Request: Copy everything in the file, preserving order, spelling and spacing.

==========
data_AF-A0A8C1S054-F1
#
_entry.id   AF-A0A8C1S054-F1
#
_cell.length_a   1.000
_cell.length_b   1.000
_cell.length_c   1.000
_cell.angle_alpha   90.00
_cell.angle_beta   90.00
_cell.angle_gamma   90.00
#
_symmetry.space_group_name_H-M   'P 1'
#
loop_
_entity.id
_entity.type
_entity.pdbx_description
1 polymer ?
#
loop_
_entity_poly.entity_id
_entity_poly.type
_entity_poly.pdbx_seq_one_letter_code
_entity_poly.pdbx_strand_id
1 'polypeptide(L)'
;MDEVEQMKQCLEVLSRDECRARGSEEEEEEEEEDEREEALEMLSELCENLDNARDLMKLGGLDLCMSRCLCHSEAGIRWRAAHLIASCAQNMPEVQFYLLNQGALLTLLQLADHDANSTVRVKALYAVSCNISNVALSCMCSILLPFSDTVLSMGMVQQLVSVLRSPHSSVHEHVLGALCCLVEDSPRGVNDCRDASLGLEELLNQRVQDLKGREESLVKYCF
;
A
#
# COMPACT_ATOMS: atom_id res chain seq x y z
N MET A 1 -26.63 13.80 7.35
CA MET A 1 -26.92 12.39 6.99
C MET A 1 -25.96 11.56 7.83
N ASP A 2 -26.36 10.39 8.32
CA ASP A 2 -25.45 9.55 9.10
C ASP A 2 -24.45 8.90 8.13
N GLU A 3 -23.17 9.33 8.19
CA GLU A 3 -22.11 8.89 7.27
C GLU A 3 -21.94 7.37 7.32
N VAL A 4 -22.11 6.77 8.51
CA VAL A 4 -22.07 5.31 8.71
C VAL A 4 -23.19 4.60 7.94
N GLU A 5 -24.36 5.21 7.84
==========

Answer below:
data_AF-A0A8C1S054-F1
#
_entry.id   AF-A0A8C1S054-F1
#
_cell.length_a   1.000
_cell.length_b   1.000
_cell.length_c   1.000
_cell.angle_alpha   90.00
_cell.angle_beta   90.00
_cell.angle_gamma   90.00
#
_symmetry.space_group_name_H-M   'P 1'
#
loop_
_entity.id
_entity.type
_entity.pdbx_description
1 polymer ?
#
loop_
_entity_poly.entity_id
_entity_poly.type
_entity_poly.pdbx_seq_one_letter_code
_entity_poly.pdbx_strand_id
1 'polypeptide(L)'
;MDEVEQMKQCLEVLSRDECRARGSEEEEEEEEEDEREEALEMLSELCENLDNARDLMKLGGLDLCMSRCLCHSEAGIRWRAAHLIASCAQNMPEVQFYLLNQGALLTLLQLADHDANSTVRVKALYAVSCNISNVALSCMCSILLPFSDTVLSMGMVQQLVSVLRSPHSSVHEHVLGALCCLVEDSPRGVNDCRDASLGLEELLNQRVQDLKGREESLVKYCF
;
A
#
# COMPACT_ATOMS: atom_id res chain seq x y z
N MET A 1 -26.63 13.80 7.35
CA MET A 1 -26.92 12.39 6.99
C MET A 1 -25.96 11.56 7.83
N ASP A 2 -26.36 10.39 8.32
CA ASP A 2 -25.45 9.55 9.10
C ASP A 2 -24.45 8.90 8.13
N GLU A 3 -23.17 9.33 8.19
CA GLU A 3 -22.11 8.89 7.27
C GLU A 3 -21.94 7.37 7.32
N VAL A 4 -22.11 6.77 8.51
CA VAL A 4 -22.07 5.31 8.71
C VAL A 4 -23.19 4.60 7.94
N GLU A 5 -24.36 5.21 7.84